Why does Ivanka Trump need trademarks for nursing homes, sausage casing, and *voting machines* in China? Or do we not want to know.
The fashion brand of Donald Trump's daughter and presidential adviser Ivanka Trump has received first trial approval from the government of China for 16 new trademarks. The approvals were granted in October, only a few months after Ivanka said she was shutting down the Ivanka Trump brand, which was selling poorly in department stores here in the United States.
Read the trademarks here, courtesy of Citizens for Responsibility and Ethics in Washington (CREW).
The is the largest number of new Chinese trademarks she has received in a single month since her father President Donald Trump took office.
The trademarks represent a possible conflict of interest for the Presidential adviser, because she continues to work on policy in the White House and meet with foreign leaders, writes Caroline Zhang at CREW, who points out that the wide array of trademarks granted includes “nursing homes, sausage casing, and voting machines. Ivanka’s business applied for these trademarks in 2016.”
Despite shutting down, Ivanka Trump’s brand will continue to seek new trademarks, according to public reports. This leaves open the possibility that she could resume her business after leaving her role in the White House. She retains ownership over all of her existing trademarks, and many of her trademarks will remain active as late as 2028.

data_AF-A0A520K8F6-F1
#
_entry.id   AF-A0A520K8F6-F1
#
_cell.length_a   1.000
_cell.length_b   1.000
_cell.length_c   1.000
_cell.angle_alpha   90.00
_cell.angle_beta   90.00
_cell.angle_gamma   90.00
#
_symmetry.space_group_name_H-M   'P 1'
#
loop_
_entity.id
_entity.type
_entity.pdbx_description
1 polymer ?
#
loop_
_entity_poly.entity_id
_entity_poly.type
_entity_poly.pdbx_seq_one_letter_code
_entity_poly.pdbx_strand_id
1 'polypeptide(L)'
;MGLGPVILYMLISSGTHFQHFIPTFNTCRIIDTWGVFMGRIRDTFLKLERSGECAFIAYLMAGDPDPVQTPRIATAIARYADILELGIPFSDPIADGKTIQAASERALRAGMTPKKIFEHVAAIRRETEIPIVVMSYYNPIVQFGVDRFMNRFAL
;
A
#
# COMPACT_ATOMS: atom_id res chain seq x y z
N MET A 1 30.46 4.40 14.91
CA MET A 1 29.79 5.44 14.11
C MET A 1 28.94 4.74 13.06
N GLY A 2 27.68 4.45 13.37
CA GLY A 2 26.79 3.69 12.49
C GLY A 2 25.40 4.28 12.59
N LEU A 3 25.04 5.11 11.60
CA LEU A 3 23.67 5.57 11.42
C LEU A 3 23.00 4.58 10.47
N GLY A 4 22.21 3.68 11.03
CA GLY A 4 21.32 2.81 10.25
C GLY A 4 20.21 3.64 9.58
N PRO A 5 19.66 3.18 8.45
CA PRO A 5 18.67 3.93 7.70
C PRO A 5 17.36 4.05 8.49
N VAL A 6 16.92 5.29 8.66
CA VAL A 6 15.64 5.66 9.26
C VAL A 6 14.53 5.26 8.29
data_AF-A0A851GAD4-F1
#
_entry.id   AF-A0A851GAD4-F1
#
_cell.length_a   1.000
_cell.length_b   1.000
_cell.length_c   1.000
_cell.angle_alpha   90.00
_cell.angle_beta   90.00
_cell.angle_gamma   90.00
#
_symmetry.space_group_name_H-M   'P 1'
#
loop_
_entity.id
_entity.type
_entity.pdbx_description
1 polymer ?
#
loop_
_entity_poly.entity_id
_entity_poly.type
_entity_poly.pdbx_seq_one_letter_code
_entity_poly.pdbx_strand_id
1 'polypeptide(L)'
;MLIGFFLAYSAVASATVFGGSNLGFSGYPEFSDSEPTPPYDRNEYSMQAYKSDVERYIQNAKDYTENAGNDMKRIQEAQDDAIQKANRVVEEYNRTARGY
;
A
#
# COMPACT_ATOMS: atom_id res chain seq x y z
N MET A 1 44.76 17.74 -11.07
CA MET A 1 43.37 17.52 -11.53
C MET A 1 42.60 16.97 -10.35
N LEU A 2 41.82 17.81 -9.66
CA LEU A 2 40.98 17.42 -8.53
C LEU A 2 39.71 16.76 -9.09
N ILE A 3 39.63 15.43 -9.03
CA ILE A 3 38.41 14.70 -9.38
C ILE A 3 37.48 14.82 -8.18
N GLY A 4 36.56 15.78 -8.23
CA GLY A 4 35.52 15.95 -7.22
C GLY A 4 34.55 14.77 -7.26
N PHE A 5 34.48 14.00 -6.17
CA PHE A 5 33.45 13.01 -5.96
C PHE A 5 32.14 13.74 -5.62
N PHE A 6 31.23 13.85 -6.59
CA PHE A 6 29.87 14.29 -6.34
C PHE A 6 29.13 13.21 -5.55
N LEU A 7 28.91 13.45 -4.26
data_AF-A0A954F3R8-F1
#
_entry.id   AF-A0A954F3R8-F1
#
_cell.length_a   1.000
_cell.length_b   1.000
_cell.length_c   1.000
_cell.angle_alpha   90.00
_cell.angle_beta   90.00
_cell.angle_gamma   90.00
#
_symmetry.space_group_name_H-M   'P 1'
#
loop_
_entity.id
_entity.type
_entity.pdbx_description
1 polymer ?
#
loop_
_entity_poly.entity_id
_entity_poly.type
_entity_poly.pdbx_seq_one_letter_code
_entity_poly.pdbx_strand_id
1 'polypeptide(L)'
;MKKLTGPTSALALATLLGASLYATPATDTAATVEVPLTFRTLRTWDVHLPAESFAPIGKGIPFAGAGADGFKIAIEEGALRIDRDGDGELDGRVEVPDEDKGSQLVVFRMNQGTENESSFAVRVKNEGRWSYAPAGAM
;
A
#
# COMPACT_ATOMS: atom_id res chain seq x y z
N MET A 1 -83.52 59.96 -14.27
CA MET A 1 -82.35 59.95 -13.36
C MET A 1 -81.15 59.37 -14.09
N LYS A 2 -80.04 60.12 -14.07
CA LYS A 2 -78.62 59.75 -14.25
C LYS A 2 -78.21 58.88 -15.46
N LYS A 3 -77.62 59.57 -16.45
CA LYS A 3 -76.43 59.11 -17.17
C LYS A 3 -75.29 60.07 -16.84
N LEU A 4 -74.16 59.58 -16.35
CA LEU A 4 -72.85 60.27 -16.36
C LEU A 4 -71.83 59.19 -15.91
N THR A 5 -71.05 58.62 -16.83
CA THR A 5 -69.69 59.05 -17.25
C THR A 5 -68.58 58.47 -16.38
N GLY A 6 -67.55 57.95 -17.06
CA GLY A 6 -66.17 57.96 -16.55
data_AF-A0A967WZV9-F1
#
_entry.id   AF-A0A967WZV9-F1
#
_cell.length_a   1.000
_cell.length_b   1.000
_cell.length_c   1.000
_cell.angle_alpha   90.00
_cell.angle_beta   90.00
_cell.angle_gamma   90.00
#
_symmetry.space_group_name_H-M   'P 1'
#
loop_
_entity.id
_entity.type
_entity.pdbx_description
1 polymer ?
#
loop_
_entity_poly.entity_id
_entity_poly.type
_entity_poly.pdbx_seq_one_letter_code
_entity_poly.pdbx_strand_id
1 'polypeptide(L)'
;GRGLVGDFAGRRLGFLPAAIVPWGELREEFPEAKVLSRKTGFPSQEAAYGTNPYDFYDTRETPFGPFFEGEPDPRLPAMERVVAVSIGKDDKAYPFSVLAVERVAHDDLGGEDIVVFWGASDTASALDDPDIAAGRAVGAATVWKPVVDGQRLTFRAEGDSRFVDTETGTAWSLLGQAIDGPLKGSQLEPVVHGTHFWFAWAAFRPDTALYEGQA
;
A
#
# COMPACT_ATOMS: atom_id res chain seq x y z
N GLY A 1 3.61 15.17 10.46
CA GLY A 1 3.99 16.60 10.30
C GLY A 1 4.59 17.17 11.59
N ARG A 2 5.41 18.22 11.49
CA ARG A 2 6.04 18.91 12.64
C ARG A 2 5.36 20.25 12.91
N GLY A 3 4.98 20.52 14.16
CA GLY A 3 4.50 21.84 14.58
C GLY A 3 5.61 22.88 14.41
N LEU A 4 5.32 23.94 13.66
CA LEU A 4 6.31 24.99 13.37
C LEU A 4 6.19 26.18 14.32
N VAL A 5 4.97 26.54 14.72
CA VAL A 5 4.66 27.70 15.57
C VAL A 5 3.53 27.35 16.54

The newest Chinese trademarks cover fashion items including handbags, shoes, wedding dresses, and jewelry. (Ivanka’s business has previously relied on a Chinese manufacturer to supply handbags, shoes, and clothing.) The trademarks also cover items including nursing homes, sausage casing, and voting machines. Ivanka’s business applied for these trademarks in 2016.
This is far from the first time that Ivanka’s Chinese trademarks have raised ethics questions. In May 2018, Ivanka Trump’s business received approval for several new Chinese trademarks a week before President Trump announced that he wanted to lift the ban on the Chinese company ZTE, for violating US sanctions. In 2017, the business received three new Chinese trademarks on the same day she dined with Chinese President Xi Jinping.
Ivanka receives preliminary approval for these new Chinese trademarks while her father continues to wage a trade war with China. Since she has retained her foreign trademarks, the public will continue to have to ask whether President Trump has made foreign policy decisions in the interest of his and his family’s businesses.